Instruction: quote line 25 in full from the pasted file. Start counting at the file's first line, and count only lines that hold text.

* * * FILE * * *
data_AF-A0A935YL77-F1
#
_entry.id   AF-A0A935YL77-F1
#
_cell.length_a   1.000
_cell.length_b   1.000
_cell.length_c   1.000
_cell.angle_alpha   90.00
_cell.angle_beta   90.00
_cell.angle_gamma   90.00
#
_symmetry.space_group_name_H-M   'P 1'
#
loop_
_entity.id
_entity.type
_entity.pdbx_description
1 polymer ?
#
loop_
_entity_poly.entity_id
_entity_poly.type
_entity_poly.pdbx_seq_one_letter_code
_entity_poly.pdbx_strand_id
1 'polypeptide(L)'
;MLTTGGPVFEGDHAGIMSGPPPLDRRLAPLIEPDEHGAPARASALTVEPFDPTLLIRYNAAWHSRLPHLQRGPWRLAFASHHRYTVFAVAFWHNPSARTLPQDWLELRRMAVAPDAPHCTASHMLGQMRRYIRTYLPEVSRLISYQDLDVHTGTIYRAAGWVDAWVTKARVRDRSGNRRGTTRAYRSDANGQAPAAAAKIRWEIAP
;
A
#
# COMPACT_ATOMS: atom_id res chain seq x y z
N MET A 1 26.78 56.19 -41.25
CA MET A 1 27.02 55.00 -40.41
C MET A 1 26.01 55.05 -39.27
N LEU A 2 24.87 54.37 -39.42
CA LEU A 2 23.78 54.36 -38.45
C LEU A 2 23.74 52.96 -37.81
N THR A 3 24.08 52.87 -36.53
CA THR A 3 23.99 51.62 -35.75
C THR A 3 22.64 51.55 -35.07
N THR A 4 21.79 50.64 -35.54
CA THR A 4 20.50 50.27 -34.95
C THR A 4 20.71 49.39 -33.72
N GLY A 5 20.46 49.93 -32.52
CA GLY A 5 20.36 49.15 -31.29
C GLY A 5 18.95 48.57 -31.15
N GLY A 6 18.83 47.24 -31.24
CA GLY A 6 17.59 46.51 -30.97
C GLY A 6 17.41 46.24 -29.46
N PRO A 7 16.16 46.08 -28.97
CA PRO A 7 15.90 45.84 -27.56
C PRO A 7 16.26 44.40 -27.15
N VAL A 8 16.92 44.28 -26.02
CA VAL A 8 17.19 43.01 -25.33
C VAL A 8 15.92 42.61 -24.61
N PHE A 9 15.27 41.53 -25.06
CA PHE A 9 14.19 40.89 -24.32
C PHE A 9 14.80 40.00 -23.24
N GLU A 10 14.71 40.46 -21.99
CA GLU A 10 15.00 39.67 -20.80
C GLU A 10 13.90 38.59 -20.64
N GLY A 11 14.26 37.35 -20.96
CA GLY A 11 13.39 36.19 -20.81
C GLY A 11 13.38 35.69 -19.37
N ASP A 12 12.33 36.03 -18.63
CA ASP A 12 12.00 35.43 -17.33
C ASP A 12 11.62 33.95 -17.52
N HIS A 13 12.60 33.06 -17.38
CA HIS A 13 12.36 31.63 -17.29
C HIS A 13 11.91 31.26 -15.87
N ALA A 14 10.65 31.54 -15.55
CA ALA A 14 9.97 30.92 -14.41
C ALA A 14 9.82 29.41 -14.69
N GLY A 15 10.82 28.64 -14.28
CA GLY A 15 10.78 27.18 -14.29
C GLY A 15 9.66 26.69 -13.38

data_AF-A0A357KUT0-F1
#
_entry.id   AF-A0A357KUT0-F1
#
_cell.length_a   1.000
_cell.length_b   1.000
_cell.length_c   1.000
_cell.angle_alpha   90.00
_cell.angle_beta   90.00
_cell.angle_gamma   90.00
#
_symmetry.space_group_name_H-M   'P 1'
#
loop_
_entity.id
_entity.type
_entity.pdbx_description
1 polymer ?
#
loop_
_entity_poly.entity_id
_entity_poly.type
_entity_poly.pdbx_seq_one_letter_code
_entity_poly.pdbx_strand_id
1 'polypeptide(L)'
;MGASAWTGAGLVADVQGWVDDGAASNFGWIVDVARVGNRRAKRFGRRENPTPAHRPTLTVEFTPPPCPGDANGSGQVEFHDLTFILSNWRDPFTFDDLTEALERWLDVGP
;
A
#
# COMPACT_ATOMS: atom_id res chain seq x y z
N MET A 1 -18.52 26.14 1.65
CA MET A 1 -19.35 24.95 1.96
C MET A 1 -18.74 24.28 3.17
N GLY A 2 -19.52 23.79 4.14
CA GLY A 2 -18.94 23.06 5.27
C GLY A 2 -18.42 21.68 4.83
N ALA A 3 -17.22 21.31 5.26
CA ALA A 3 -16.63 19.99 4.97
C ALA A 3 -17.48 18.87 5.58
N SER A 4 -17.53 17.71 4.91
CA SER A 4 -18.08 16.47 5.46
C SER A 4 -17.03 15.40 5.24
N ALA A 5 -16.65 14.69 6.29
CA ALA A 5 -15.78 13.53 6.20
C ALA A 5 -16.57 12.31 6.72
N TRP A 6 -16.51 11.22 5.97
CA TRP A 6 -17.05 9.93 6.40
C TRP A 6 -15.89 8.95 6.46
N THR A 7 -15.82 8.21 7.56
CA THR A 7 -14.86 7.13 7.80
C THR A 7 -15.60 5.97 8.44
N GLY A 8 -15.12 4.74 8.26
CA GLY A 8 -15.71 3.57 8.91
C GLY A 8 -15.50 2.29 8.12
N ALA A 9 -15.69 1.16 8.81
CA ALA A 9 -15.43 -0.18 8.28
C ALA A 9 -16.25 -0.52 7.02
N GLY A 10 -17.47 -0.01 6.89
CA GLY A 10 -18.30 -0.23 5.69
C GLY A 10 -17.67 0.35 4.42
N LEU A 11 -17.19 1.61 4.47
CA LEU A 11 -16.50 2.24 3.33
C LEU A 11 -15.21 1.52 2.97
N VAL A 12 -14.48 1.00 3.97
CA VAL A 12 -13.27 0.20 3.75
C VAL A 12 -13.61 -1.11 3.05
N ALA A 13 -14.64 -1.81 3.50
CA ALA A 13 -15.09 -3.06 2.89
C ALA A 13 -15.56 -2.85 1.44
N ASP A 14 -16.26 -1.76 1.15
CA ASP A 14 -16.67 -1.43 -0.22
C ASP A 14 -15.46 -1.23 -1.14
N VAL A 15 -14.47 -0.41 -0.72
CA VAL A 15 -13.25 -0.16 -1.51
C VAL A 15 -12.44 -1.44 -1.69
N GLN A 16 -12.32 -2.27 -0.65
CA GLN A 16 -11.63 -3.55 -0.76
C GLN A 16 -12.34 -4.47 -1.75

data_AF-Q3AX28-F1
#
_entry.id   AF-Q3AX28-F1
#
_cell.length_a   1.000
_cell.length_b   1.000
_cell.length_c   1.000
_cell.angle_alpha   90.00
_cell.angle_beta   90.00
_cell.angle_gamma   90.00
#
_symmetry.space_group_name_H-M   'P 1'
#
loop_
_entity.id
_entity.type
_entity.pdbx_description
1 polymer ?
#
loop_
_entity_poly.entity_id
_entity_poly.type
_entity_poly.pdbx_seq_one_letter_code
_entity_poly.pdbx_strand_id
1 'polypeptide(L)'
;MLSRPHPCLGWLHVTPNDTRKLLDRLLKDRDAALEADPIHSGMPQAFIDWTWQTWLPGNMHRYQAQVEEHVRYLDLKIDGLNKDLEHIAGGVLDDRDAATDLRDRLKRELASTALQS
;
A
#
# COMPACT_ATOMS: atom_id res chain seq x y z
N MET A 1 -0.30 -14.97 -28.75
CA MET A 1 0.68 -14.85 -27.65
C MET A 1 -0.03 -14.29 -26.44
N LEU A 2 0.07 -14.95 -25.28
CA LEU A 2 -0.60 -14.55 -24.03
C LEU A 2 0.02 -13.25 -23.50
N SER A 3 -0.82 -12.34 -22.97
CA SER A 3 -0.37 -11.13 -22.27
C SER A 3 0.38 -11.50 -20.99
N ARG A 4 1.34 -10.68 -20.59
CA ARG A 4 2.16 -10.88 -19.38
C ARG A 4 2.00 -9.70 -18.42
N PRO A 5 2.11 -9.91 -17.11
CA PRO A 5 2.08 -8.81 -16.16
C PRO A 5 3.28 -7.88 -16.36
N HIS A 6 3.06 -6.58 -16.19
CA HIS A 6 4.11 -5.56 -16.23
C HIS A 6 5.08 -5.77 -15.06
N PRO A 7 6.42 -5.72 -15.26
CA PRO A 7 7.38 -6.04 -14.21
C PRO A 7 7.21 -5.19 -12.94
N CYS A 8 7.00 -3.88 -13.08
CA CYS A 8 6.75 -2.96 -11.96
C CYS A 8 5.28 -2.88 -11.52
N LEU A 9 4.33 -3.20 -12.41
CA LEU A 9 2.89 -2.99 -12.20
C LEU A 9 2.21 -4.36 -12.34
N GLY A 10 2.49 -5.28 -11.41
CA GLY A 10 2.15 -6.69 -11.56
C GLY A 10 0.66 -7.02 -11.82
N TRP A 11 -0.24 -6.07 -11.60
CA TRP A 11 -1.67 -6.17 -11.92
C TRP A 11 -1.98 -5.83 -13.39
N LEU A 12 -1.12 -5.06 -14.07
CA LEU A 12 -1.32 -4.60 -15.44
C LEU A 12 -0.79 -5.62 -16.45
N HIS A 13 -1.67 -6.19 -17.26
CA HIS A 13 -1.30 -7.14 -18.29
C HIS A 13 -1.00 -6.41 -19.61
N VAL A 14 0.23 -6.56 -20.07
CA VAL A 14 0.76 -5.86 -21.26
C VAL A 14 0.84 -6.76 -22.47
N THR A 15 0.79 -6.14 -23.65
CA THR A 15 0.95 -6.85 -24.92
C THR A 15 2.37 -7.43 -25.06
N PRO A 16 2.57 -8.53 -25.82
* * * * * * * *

1 'polypeptide(L)'